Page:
Started in 2011, Open House Chicago is a fantastic way to explore the nooks and crannies throughout Chicago that you might not otherwise get the opportunity to see up close. Presented by the Chicago Architecture Foundation, the event boasts free tours of over 200 buildings that will open their doors to visitors on October 15-16. You can spend one day exploring sites in the Loop, and the other day check out some of the amazing opportunities in other great parts of the city. Here’s a guide to three neighborhoods you’ll want to visit as part of this amazing two-day celebration of Chicago architecture and design.
Located within the South Loop, historic Prairie Avenue was occupied by Chicago’s wealthiest businessmen and their families. Industrialists flocked there in the late 19th century to build elaborate mansions, and a number of the homes still remain as a testament to their owners’ financial prowess. Visitors to Open House Chicago shouldn’t miss the Glessner House Museum (1800 S. Prairie Avenue), a masterwork of architect H. H. Richardson. The nearby Keith House (1900 S. Prairie Avenue) is a stunning Victorian Châteauesque mansion that includes 30 rooms and a large coach house.
A few blocks away is the Second Presbyterian Church (1936 S. Michigan Avenue) designed by James Renwick in 1871 and renovated by Howard Van Doren Shaw in 1901. Not surprisingly, many of Chicago’s uppercrust citizens worshipped there, including the Armours and the Pullmans. Make sure and wander inside to look over their remarkable stained glass windows crafted by the likes of Tiffany and Morris & Company.
Bridgeport/Back of the Yards
Cast a bit farther south, and you'll find a trove of spots to explore in the Back of the Yards neighborhood. The “yards” in the neighborhood's name refers to the former Union Stock Yards, which closed over 40 years ago (much to the delight of pigs, sheep, and other animals around the United States). Today, the neighborhood continues to have a strong industrial base with some traditional industries, along with the addition of some rather "green" developments.
Your first stop in the neighborhood should be Growing Power's Iron Street Farm (3333 S. Iron Street). This former warehouse property that sits along the banks of the Chicago River has found new life as an urban farm, providing the surrounding community with hands-on lessons about healthy food production and sustainability. Stop by and get a personal tour by the knowledgeable and eager youth volunteers, who will proudly show you their crops and explain the science behind their aquaponic tanks and the farm's composting system.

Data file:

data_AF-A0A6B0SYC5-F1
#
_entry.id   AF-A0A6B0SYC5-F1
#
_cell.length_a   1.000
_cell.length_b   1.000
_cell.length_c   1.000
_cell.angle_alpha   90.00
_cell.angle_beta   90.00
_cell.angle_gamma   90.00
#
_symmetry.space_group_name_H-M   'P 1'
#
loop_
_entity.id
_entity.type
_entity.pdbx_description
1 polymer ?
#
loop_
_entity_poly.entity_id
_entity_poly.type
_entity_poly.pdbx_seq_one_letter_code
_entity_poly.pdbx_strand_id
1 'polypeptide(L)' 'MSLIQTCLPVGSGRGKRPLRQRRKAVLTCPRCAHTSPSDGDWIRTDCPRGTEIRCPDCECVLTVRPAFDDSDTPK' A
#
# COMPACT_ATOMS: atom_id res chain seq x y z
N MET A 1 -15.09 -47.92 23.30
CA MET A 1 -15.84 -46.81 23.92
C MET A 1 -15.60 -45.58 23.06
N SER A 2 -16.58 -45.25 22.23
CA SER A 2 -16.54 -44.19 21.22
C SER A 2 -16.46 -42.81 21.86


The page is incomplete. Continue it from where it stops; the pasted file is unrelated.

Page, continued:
Next up is Stockyards Brick (4150 S. Packers Avenue). You'll get a firsthand look at one of the largest providers of reclaimed brick and other building materials in the United States. In keeping with their name—and the history of the area—the main building of Stockyard Bricks used to be a former Swift meatpacking warehouse.
Don’t forget to swing by The Plant (1400 W. 46th Street) for a taste of Chicago’s food-production future. This 93,500-square-foot structure was once a meatpacking facility too. Today it contains Chicago’s largest vertical farm and food business operation. Along with creating a raft of new jobs, it also contains sustainable closed-circuit growing systems, as well as a craft brewery, a bakery, and a massive anaerobic digester that will eventually consume 30 tons of food waste per day to generate heating and cooling.
The Lincoln Square and Uptown neighborhoods contain a handful of extraordinary Open House Chicago sites. You could walk to most of them as part of an afternoon excursion. I’d recommend starting at All Saints’ Episcopal Church (4550 N. Hermitage Avenue), which is the oldest wood-frame church in the city and a rare example of the stick style, distinguished by vertical beams and decorative shingles, with an in-the-round worship space that is quite lovely.
A few blocks away is The Airstream (1807 W. Sunnyside Avenue), an urban spectacle for curious passersby. As the name suggests, it is in fact a 1960s-era Airstream trailer perched on an office building. The whole project was the brainchild of architect Edward Noonan, who used a crane to install the trailer. From the deck you gaze out on the Chicago skyline, then step inside the trailer for a bit of transportation nostalgia.
Finally, you’ll want to walk over to the Buddhist Temple of Chicago (1151 W. Leland Avenue) for a glimpse of this six-sided structure. The inside is sparsely adorned and dramatically capped by a timber roof resting on radiating trusses. The altars are truly the showpieces, particularly the one that depicts the life of Buddha.
Get all the details about the free weekend event at openhousechicago.org, or start exploring on your own! Here's a mix-and-match Chicago architecture itinerary with a primer on must-see buildings and top picks for sightseeing on an architecture tour.